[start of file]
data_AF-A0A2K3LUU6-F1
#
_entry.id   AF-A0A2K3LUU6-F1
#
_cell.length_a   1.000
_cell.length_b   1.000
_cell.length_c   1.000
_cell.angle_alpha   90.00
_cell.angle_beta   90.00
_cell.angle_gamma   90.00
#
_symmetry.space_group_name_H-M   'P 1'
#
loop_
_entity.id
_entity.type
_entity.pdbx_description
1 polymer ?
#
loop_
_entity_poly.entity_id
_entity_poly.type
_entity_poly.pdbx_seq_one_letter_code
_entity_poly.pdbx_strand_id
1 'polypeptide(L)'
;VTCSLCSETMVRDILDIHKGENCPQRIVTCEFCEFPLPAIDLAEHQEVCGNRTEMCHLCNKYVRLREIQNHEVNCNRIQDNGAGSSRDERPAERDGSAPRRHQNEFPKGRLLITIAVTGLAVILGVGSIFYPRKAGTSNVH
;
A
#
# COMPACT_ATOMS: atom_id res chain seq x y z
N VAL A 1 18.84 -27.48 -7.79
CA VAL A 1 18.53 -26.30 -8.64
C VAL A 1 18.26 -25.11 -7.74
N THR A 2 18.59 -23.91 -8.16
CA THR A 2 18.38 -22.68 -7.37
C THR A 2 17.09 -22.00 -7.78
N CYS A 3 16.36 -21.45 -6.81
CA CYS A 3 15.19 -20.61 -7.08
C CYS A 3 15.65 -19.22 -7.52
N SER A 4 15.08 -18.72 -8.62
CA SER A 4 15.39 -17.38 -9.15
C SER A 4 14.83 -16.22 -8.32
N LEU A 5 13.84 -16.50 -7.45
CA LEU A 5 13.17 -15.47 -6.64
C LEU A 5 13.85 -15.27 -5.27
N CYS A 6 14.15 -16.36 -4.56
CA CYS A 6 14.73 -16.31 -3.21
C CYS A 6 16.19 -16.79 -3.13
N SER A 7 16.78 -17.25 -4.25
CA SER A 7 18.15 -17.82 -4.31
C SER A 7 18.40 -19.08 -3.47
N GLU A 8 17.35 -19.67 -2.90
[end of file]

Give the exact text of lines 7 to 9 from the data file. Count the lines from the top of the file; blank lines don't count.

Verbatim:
_cell.length_c   1.000
_cell.angle_alpha   90.00
_cell.angle_beta   90.00